Questions Your Doctor Should Ask You But Probably Don't

We often discuss the importance of asking your doctor questions. Inquiring with your doctor not only aids in acquiring knowledge and addressing concerns but also fosters a collaborative healthcare journey.

However, it's essential to recognize that the responsibility isn't solely on you, the patient. Doctors, too, play a pivotal role by posing questions to their patients.

These questions foster a deeper understanding of your needs, concerns, and medical history. This ultimately enhances the quality of care provided.

Seven important questions your doctor should ask

Here are seven important questions that your doctor should be asking during your appointment:

"How are you feeling today?"

This simple question opens the conversation. It also allows you access to express any immediate concerns or symptoms you may be experiencing.

"Have you experienced any new symptoms or changes in your condition since our last visit?"

Sometimes (often) you may hesitate to complain, reluctant to communicate feelings that have developed since your last doctor's visit. Or perhaps you have concerns that you forgot to discuss with them.

This question frees you up to express any concerns you have. Have you been coughing more than usual? Do you feel more short of breath than usual? It's an opportunity for you to openly communicate any changes you've noticed, ensuring that all aspects of your health are addressed during the visit.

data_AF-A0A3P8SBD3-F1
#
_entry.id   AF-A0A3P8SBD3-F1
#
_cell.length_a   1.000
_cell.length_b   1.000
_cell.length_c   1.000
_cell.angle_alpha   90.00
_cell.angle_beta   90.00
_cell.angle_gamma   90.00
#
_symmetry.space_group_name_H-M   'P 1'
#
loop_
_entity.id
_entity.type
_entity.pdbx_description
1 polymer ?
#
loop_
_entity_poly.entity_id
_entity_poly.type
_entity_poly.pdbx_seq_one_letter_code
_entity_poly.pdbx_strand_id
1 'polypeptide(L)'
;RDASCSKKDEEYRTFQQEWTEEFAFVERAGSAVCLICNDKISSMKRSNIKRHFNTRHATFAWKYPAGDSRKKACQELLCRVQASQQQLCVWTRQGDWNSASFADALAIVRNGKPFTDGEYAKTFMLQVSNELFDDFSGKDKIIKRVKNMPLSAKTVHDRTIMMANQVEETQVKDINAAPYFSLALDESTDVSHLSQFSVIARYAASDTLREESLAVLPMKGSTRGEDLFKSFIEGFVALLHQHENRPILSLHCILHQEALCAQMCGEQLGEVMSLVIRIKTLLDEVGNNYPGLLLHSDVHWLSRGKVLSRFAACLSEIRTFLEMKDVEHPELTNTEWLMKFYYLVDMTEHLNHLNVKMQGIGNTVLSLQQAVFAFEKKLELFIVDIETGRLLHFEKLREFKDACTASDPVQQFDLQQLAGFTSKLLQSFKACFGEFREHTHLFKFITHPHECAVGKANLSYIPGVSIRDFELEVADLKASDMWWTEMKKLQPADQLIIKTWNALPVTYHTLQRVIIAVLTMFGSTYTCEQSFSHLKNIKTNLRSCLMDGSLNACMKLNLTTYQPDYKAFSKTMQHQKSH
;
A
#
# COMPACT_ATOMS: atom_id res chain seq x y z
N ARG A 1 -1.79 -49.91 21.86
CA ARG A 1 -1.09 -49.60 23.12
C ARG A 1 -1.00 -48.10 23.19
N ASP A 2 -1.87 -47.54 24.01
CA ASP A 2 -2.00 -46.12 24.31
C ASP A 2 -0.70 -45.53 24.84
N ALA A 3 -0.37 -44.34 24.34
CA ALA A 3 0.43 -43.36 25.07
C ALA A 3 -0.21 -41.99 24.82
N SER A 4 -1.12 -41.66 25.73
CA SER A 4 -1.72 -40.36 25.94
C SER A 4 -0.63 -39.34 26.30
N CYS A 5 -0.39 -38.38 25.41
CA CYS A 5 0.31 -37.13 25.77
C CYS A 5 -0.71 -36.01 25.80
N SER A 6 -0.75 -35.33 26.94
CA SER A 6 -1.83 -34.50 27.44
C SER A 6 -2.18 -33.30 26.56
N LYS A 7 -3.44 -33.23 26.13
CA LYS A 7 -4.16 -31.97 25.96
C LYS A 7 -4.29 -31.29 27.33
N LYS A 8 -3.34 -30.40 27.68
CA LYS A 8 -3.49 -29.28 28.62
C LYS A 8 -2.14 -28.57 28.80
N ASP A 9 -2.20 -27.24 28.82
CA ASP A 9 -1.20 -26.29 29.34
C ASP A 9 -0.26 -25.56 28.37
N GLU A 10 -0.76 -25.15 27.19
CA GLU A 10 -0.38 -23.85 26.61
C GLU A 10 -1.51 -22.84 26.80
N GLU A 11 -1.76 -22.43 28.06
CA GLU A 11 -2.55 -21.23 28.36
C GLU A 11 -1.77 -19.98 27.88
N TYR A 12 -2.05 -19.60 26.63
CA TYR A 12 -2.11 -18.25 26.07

"Is the treatment plan we worked out for you meeting your needs?"

Do you have any specific concerns about its effectiveness or any side effects you're experiencing? Understanding whether the treatment plan is working for you and addressing any specific concerns you may have is important for optimizing your care.

Your feedback helps your doctor make any necessary adjustments to ensure the plan is tailored to your individual needs and preferences.

"How often are you using your rescue medicine?"

This question is important because using your rescue medicine more often than prescribed could indicate worsening COPD. If you find yourself relying on it too frequently, your doctor may need to adjust your COPD medication regimen.

"Do you feel any anxiety or depression?

No one wants to talk about mental health. But it's crucial, especially with COPD, which can affect you physically and mentally. Many COPD patients feel worried or depressed at times. This question allows you to express any concerns you have.

Your doctor may have helpful ideas to alleviate these feelings. You shouldn't have to endure anxiety or depression alone.

"Are you facing any problems with your insurance?

Many of us struggle to afford our medications, often relying on Medicare or our insurance for assistance. However, sometimes, our insurance won't cover the medication we need. Or they may suggest switching to a similar one, like going from Symbicort to Advair.

This question opens the door for you to discuss any insurance issues you have.

"Do you have any questions for me?"

Now's your chance to ask anything that's been on your mind—things we haven't covered yet.

Strengthening patient-doctor communication

If you're anything like me, no doctor's appointment goes exactly as planned. This is why I always come prepared with my list of questions.

I'd appreciate it if my doctor could initiate the questions instead. It usually doesn't happen. But, if they did, I'd find these questions most helpful and reassuring.

How about you? Are there any questions you wish your doctor would ask? Feel free to share in the comments below!

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This article represents the opinions, thoughts, and experiences of the author; none of this content has been paid for by any advertiser. The team does not recommend or endorse any products or treatments discussed herein. Learn more about how we maintain editorial integrity here.

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